I got up twice during the last 3 weeks to get to the College Church at 8.15 which is what only about 15 others do. However, the town churches which start later are supposed to be quite well attended and the Christian Union here is rather strong.   Of course, quite a few of the churches do propaganda like lunches and sherry parties and so on.


6th November

My luggage finally arrived on the 4th  via Rohan de Saram, I think. I didn’t go to his concert that evening, though – there was a debate on at the Union with one of the Editors of Oz – the pornographic magazine, in case you didn’t know. I don’t disapprove of that, but he was horribly sincere, and of that I do.

Sorry for the interruption, even if you didn’t notice it. I had someone over for tea, which I’d promised him ages ago, and could only give now, just I think when he was beginning to believe in the non-existence, or non-arrival, of my luggage. He’s my bridge partner, an American, whom I regard with kindly feelings since we came first last week in duplicate, despite the presence of the local bridge chiefs. After that, I decided to put in my regular evening session of work, while waiting for a visit from of all people, Indrajith Coomaraswamy. He’d come over for a rugger match and left a message and he’s just left after half an hour.

I should, strictly, do a little more Geek now, but I don’t think I will, since I’m going to dinner to Anil Gamini’s with Nim and Justin as the invitation says. I got it today, which means missing a play I could have gone to yesterday, if I hadn’t wanted to hear Kaldor at the Labour Club, before I discovered, as I was leaving college, that he wouldn’t be there. We had Roy Jenkins on Monday, and Richard Crossman on Tuesday at a Union debate. He was  marvellous and very wicked. The Union Debates are quite delightful, with the Committee in White Bow Ties saying rude things about everyone in the middle of official pronouncements, with total chaos at the end when students make comparatively terrible speeches from the floor.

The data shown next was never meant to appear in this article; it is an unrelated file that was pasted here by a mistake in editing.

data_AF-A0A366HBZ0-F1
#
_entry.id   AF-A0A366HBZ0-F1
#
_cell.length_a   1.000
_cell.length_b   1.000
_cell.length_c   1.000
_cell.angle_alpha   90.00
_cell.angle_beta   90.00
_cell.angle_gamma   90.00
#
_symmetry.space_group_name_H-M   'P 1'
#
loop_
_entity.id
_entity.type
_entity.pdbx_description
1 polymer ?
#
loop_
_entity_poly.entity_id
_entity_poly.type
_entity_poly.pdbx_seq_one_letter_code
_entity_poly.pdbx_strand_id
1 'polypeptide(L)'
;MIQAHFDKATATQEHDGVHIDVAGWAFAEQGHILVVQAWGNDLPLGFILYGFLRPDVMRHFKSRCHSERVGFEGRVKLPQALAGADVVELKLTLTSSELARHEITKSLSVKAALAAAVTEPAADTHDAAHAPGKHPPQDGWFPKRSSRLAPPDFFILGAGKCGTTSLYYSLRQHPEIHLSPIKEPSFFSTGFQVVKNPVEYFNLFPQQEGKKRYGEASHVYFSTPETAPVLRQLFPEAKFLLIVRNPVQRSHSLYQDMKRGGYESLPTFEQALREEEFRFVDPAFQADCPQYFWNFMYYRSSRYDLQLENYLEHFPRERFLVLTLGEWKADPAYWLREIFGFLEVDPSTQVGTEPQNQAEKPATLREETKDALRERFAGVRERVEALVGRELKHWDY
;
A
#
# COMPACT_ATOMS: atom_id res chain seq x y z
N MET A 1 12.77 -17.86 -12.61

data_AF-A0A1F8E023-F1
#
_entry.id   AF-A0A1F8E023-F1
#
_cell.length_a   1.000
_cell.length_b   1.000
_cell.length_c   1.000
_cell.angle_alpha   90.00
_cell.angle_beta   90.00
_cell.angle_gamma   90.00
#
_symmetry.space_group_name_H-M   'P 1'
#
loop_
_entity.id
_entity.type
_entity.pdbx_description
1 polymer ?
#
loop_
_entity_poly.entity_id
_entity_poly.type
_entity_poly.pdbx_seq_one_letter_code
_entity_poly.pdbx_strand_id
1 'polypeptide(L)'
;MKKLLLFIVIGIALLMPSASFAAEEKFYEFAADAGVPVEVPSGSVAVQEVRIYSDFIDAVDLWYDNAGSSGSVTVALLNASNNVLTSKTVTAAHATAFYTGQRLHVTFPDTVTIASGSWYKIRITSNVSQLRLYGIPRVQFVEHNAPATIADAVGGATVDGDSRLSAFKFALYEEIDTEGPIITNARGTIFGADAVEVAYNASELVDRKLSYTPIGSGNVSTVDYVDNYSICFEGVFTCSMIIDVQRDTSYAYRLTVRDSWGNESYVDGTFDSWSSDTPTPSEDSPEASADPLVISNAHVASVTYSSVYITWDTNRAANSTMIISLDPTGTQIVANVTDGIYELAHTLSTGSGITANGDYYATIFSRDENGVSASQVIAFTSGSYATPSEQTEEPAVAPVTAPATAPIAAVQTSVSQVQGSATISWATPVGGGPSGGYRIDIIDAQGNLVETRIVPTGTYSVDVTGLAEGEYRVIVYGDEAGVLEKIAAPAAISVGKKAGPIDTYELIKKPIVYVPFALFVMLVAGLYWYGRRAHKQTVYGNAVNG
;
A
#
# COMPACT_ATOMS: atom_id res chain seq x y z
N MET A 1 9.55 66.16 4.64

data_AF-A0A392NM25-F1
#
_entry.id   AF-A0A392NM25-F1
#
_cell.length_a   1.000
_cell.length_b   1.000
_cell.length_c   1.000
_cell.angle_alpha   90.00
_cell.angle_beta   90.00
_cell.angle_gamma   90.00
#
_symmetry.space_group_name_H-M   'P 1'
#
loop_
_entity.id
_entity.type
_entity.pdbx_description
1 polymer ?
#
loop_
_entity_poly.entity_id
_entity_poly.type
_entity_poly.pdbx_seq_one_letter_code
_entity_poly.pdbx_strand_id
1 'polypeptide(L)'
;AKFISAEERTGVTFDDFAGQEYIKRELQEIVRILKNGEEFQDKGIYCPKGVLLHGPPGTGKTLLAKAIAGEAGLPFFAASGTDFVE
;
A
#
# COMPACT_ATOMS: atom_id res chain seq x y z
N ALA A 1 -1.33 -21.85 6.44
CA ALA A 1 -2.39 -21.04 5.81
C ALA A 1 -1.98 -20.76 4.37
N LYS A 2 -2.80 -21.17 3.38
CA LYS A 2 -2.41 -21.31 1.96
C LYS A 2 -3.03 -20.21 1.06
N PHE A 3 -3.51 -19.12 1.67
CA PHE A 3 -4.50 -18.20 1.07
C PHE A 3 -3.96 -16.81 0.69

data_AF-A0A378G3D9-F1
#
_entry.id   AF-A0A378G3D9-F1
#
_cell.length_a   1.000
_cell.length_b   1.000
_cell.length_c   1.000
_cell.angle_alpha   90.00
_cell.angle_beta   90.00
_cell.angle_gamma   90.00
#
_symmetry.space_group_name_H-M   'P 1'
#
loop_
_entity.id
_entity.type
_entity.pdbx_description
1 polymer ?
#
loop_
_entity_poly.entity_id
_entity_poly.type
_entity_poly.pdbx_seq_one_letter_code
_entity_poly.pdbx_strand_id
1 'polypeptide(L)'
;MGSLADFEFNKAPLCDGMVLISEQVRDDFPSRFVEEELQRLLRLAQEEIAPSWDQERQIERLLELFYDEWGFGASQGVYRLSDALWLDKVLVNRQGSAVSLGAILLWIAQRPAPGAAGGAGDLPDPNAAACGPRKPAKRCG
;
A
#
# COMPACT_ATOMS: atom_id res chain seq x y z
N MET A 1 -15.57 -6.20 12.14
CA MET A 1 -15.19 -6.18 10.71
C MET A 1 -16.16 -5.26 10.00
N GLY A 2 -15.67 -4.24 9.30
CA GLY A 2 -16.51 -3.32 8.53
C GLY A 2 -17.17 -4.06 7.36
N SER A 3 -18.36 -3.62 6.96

Sir Michael Redgrave was answering questions for the Drama Society yesterday and it was quite terrible since it was on two different levels. He didn’t seem very impressive but I can’t quite remember whether I’ve seen him on a film. I saw an ‘X’ film on Wednesday which wasn’t in the slightest degree indecent, so the English can’t be so very immoral after all. The dirty picture of the year, unfortunately, is on a Tuesday, when I have my tutorials, and can’t be worth missing dinner for.

After 3 weeks of proses, I’ve an essay this week on guilt in the ‘Oedipus Tyrannus’.  My room looks pretty good as it is, with batiks and masks and Seelia’s marvellous picture. The chap beneath, incidentally, has rather ugly pictures of nude females. When I was hanging up the long batik, I saw a super scrawl on the wall near the ceiling – ‘Well, there’s always plenty of work you could be doing.’ Also he’s added, onto the notice ‘In case of fire’, ‘Yell fire and jump!’ Obviously a nice person to succeed to.


13th November

The worst thing, I feel, about being here is the rather regularly occurring feeling that I’m costing you a horrible amount of money and that I’ve got to do something to justify it. And the trouble about getting a first is that, with 5 terms to go for an exam, I can’t picture myself involved in the ceaselessly hard work that seems to be required. Already, after 3 weeks, I note my three hour’s work in the evening getting less and less.

And then, there are other little bits of annoyance like when I went to a lecture by Stephen Spender yesterday and discovered it cost 10 p, instead of a concert which was free. Not that I can’t afford it – I should have about 20 pounds of my allowance left at the end of term.

On Thursday there was a debate at the Union on Ireland and Bernadette Devlin arrived outside with demonstrators from a meeting she’d been addressing and banged away at the doors which made it all every exciting. There were heaps of police about and no one could get out for ages and a motion was moved asking for a demonstration at every debate to enliven things. That place is quite chaotic. The speeches from the floor are so very bad that I even raised my hand to speak – only because there was time for only 1 more speech  and there were heaps of other hands waving like mad – that’s how I prove  to myself that I’m not shy!

The lectures haven’t become any more inspiring but I’m realizing if Oxford Dons can’t do it, it’s because lectures never can be. In Ceylon I should probably have become a little more of a megalomaniac and looked down on the lecturers.   Yesterday, we spent 1 hour on 15 lines of Vergil, but that’s one lecture I can’t stop going to because there are just about 4 people and the lecturer’s a dear old man who shouts ‘Come in’ hopefully at every tiny sound outside. Last Tuesday I spent 1 hour arguing with my tutor about the ‘Oedipus’ and neither convinced the other. I rather like him still, though. He’s been demoted now from one of the Schools to a small room since fewer and fewer people come for his lectures now.

Ceylon Today 22 April 2017 – http://www.ceylontoday.lk/print20170401CT20170630.php?id=19518